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First, I do have a street bike (a big cruiser), so I am not new to motorcycles...but I am totally new to dirt bikes. I’ve always wanted a dirt bike and I finally bought one at age 40...go figure.

I bought a 4 stroke enduro and I wanted to get into dual sport riding. I also thought it would something fun I can do with my kids. I’ve only had it out a few times. Unfortunately, when I took it out a month ago, I wiped out on it. I took it out yesterday and rode a very short while on a dirt and gravel road. My big question is...

How do you all get comfortable with the tire occasionally slipping? I know I’m stating the obvious here, but it’s so different than how planted you feel on a street bike. It’s an uneasy feeling, especially when I’m just getting back on it after my wipe out. I’ve watched lots of YouTube videos too on tips for off road riding for beginners and they skip too sometimes. So, I’m assuming tire slippage is fairly normal and common. One potential issue is that my bike has 50/50 tires on it...maybe even more so oriented for street. So, I am not running full Knobbies.

Do you or did you also feel weird and uncomfortable with the slippage and loss of traction? How did you overcome it?
 

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The whole idea of riding in the dirt, is to get used to the feel of the bike moving around. You can practice locking each brake. Start in a straight line, then try it in the corners. You will soon find out what happens. Just do it carefully at first. It will come to you.

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I started out riding in dirt & if the front tire didn't wash out I could steer with the throttle. Just leaned over, pinned the throttle & backed off some after the rear broke loose. Not too much or I'd high side off the bike. Unsettling at first until I got the hang of it. Lots of crashes at first. Road racers do that on asphalt at much higher speeds but I don't have the berries to ever try that.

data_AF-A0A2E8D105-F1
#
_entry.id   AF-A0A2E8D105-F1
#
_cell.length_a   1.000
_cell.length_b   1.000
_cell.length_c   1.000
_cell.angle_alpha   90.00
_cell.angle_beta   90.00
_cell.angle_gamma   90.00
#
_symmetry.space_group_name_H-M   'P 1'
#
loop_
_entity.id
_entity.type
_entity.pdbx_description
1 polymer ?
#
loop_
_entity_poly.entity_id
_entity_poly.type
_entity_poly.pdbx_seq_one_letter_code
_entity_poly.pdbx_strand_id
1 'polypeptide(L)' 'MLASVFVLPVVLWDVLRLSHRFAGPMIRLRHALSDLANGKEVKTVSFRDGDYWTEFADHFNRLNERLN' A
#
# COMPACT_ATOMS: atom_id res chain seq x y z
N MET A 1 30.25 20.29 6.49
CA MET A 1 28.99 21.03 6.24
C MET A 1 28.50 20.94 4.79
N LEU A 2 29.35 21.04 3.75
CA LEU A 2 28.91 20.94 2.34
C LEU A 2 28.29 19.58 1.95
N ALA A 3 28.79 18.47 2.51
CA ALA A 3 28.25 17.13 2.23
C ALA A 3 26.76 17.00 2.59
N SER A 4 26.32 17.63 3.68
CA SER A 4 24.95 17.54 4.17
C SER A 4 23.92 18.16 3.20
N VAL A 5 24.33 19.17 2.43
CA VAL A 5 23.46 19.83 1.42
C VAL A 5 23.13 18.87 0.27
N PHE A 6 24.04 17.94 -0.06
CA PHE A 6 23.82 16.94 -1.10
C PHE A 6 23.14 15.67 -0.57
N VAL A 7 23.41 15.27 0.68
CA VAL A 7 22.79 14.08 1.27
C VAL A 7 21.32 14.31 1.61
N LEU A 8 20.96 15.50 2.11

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Said it before, saddle time. That uneasy feeling is actually why dirt riders are for the most part better street riders. They are used to a little slip so don't panic. Your 50/50 tires are not good for street or dirt when it comes down to it. They are okay for well groomed fire trail roads and that's it. But pure street tires can handle those too. If you want to ride dirt, get some real dirt tires. But you will still need saddle time to get used to slipping and how to correct for it. On gravel just stay relaxed and let the slipping go, only slight corrections can be made. Gravel is like riding on marbles. It's very difficult even with aggressive knobbies. Sometimes the only way to steer on that stuff is with the rear tire and more speed. It's just crazy stuff. So don't judge your ability to ride on dirt riding on gravel. Get on dirt, it's even more different but saddle time is how you get used to it. If there is such a thing as "get used to it". I don't think there is. You might get used to dealing with it though. Can you get used to falling down? I couldn't. Therefore I'm not a good dirt rider. I can do it but I don't like it.
 

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You overcome the fear by embracing it...you practice intentionally making the bike slide...then it actually becomes fun and it's a life saving skill that I hope you never need to use on the cement streets.
 

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I am not a believer in these dual sport machines, compromised at everything, good at nothing. I started out on dirt, raced motocross and scrambles. Dirt skills do cross to street but street skills do not really cross to dirt.

If you are on dirt, then you need knobbies and if you are on the street then you need a proper street tire. I can see these "scramblers" which like scramblers past were really street bikes with off road pretensions that were more related to style than anything and had a more aggressive tread but in no way would I ever think them or such a (street) tire ready for the dirt. On dirt, you never have 100% traction and the truth is, on the street, when you do not have 100% traction, that is when the dirt skills transfer. These weird dual sport things with half knobbie, half street tires, how does that work? That just does not seem to work out and is a plan to try out your Kevlar and see how your hide does skidding down the road.
 

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I am not a believer in these dual sport machines, compromised at everything, good at nothing. I started out on dirt, raced motocross and scrambles. Dirt skills do cross to street but street skills do not really cross to dirt.